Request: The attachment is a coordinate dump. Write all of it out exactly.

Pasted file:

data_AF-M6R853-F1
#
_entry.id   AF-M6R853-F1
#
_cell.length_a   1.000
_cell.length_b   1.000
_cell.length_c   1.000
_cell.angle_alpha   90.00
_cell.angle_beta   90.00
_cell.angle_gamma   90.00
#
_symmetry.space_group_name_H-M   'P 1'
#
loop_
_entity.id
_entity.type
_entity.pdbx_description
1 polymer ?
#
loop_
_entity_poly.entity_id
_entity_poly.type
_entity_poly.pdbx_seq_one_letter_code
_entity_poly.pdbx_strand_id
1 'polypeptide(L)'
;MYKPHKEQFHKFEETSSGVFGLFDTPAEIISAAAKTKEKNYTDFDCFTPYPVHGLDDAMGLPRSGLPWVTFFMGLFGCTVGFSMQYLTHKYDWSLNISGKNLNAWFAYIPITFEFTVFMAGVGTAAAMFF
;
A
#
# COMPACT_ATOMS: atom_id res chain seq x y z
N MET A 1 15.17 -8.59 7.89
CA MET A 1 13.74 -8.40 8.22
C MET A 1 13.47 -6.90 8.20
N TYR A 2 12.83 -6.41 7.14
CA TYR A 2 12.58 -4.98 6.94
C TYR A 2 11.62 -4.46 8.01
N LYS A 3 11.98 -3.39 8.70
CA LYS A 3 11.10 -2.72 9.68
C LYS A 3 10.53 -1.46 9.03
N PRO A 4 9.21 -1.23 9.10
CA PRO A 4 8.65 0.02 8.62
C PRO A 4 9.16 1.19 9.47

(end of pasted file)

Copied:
data_AF-M6R853-F1
#
_entry.id   AF-M6R853-F1
#
_cell.length_a   1.000
_cell.length_b   1.000
_cell.length_c   1.000
_cell.angle_alpha   90.00
_cell.angle_beta   90.00
_cell.angle_gamma   90.00
#
_symmetry.space_group_name_H-M   'P 1'
#
loop_
_entity.id
_entity.type
_entity.pdbx_description
1 polymer ?
#
loop_
_entity_poly.entity_id
_entity_poly.type
_entity_poly.pdbx_seq_one_letter_code
_entity_poly.pdbx_strand_id
1 'polypeptide(L)'
;MYKPHKEQFHKFEETSSGVFGLFDTPAEIISAAAKTKEKNYTDFDCFTPYPVHGLDDAMGLPRSGLPWVTFFMGLFGCTVGFSMQYLTHKYDWSLNISGKNLNAWFAYIPITFEFTVFMAGVGTAAAMFF
;
A
#
# COMPACT_ATOMS: atom_id res chain seq x y z
N MET A 1 15.17 -8.59 7.89
CA MET A 1 13.74 -8.40 8.22
C MET A 1 13.47 -6.90 8.20
N TYR A 2 12.83 -6.41 7.14
CA TYR A 2 12.58 -4.98 6.94
C TYR A 2 11.62 -4.46 8.01
N LYS A 3 11.98 -3.39 8.70
CA LYS A 3 11.10 -2.72 9.68
C LYS A 3 10.53 -1.46 9.03
N PRO A 4 9.21 -1.23 9.10
CA PRO A 4 8.65 0.02 8.62
C PRO A 4 9.16 1.19 9.47